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The Immune System The Body’s Defense.

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Presentation on theme: "The Immune System The Body’s Defense."— Presentation transcript:

1 The Immune System The Body’s Defense

2 The Body’s Lines of Defense
The body has three lines of defense against pathogens: Barriers - skin, breathing passages, mouth, and stomach trap and kill most pathogens. Inflammatory Response - fluid and some WBC’s leak from blood vessels into tissues to fight pathogens. The WBC’s are called phagocytes- they engulf and destroy the pathogens. Inflammatory responses include a red, swollen, warm area and sometimes fever. Immune Response- these cells can distinguish between different kinds of pathogens and react to each kind with a specific defense.

3 Lymphocytes WBC’s that target specific pathogens are called lymphocytes. 2 major types: T Cells- identify pathogens by recognizing their antigens. Antigens are molecules that the immune system recognizes as either a part of your body or coming from outside your body. B Cells- produce chemicals called antibodies. Antibodies bind to antigens and destroy them. Each kind of B Cell produces an antibody that can only bind to one kind of antigen.

4 Non-Infectious Diseases
Non-Infectious diseases are NOT caused by micro-organisms and are NOT spread from person to person. Allergy- the immune system is overly sensitive to a foreign substance- something not normally found in the body. Allergen- any substance that causes an allergy: dust, pollen, molds, some foods or medicines. Histamine- chemical responsible for symptoms of allergies, like sneezing or watery eyes. Asthma- when the respiratory passages narrow causing the person to wheeze and become short of breath.

5 Non-Infectious Diseases
2. Diabetes- when either your pancreas fails to produce enough insulin or your body’s cells cannot use it properly. As a result, there are high levels of glucose in the blood and glucose is excreted in the urine. The body cells do not contain enough glucose. Insulin - produced by pancreas- chemical that enables your cells to take in glucose from the blood and use it for energy. Type I Diabetes- most serious- person needs insulin injections. Type II Diabetes - controlled by diet, weight control, and exercise.

6 Non-Infectious Diseases
3. Cancer - a disease in which cells multiply uncontrollably, over and over, destroying healthy tissue in the process. Tumors develop when a cancerous cell divides over and over to form abnormal tissue masses. Surgery, drugs, and radiation are used to treat cancer. Carcinogens are substances or factors in the environment that can cause cancer. Avoid carcinogens such as tobacco or over-exposure to sunlight.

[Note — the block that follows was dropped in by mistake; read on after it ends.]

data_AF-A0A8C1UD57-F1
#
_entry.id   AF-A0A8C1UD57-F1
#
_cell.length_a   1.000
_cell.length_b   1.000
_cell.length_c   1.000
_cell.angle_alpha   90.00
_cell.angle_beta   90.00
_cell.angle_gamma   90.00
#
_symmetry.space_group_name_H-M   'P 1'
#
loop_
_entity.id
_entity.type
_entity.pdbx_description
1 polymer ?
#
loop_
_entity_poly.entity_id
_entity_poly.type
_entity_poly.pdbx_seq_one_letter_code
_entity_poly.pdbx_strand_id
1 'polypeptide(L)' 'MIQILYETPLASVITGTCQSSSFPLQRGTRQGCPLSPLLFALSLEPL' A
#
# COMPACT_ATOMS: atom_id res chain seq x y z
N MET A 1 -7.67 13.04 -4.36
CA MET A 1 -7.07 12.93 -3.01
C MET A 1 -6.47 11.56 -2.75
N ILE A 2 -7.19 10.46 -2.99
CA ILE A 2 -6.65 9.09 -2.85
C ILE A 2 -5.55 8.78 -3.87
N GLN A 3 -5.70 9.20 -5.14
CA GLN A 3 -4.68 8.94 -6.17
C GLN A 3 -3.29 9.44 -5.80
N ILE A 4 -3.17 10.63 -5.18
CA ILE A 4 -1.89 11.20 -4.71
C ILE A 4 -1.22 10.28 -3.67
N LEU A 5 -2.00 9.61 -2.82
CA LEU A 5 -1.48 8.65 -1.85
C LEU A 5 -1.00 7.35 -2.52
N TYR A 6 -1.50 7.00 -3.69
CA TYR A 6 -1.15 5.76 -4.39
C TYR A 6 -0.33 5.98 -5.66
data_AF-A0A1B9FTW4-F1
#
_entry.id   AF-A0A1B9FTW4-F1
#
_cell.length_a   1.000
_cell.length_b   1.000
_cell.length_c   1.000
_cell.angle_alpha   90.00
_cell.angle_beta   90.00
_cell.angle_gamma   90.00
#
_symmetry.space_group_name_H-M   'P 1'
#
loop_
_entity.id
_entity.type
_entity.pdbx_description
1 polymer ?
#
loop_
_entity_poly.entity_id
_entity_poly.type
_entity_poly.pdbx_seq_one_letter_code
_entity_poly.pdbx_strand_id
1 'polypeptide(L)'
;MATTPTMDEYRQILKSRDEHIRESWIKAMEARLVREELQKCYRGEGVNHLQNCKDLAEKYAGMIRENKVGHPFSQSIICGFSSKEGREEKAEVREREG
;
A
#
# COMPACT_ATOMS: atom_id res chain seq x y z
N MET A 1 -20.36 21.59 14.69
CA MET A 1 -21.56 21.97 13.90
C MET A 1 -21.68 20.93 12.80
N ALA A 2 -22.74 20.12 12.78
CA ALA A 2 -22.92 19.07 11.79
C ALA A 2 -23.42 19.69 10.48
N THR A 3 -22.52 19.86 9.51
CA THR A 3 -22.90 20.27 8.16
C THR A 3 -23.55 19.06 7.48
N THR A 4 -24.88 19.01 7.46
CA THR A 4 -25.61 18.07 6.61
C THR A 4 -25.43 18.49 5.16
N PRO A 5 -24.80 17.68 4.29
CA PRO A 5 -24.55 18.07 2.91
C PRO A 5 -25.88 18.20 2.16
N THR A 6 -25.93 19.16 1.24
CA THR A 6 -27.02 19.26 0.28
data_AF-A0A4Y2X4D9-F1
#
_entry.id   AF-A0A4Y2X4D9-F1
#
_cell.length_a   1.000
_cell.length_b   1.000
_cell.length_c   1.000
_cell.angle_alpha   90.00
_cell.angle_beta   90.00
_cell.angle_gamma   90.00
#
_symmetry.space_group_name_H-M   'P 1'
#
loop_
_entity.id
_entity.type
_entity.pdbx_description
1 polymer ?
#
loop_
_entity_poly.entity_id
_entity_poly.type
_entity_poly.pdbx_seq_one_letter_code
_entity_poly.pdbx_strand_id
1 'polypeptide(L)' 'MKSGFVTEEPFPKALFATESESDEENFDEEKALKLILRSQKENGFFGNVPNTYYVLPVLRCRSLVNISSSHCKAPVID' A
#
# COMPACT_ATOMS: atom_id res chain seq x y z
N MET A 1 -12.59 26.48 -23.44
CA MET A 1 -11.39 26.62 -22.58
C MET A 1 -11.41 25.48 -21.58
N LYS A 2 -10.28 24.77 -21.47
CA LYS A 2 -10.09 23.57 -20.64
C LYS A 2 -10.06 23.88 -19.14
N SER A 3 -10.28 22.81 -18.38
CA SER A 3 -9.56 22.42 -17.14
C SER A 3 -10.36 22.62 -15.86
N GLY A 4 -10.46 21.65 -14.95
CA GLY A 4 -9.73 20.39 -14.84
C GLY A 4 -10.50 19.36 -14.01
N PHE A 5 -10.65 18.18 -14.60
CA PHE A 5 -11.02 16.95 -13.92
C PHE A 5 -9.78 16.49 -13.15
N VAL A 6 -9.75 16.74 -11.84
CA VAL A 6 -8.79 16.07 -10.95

7 Infectious Diseases Infectious diseases are disease that can pass from one organism to another. Pathogens are organisms that cause disease. Diseases caused by pathogens are infectious. The four major groups of human pathogens are: Bacteria Viruses Fungi Protists

8 Infectious Diseases Bacteria- one-celled microorganisms
Examples include strep throat and tetanus. Other bacterial pathogens produce a poison called a toxin that damages cells. Viruses- smallest pathogens Cannot reproduce unless inside living cells. When viruses infect cells, the cells are damaged or destroyed, and the damaged cells release new viruses to infect other cells. Examples include influenza (flu), colds, chicken pox, and AIDS.

9 Infectious Diseases Fungi- example- athlete’s foot
Protist- example- malaria Sources of pathogens include: Another person - physical contact like shaking hands, or indirect contact like sneezing or coughing. Contaminated object - eating food, drinking water, or using silverware that’s infected. Animal Bite Environment - tetanus and botulism live naturally in the environment.

10 Preventing Infectious Disease
Immunity- the body’s ability to destroy pathogens before they can cause disease Two types of immunity: Active- antibodies come from the person Passive- antibodies come from outside the person

11 Preventing Infectious Disease
Active Immunity -occurs when a person’s own immune system produces antibodies in response to the presence of a pathogen. T Cells and B Cells help destroy pathogens and keep a “memory” of the pathogen’s antigen. Lasts for many years and sometimes for life. Ex: chicken pox. Vaccination - (immunization)- harmless antigens are deliberately introduced to a person’s body to produce active immunity. Vaccine - the substance used in vaccinations. Consists of pathogens that have been weakened or killed.

12 Preventing Infectious Disease
Passive Immunity - when the antibodies that fight the pathogen come from another source rather than the person’s own body Lasts no more than a few months. Babies acquire passive immunity to some diseases before birth from their mother. You develop immunity from some diseases because you have had them before or you have been vaccinated. You will still become sick from them from time to time. Antibiotics - chemicals that kill or slow down the growth of bacteria. No medications cure viral illnesses!!

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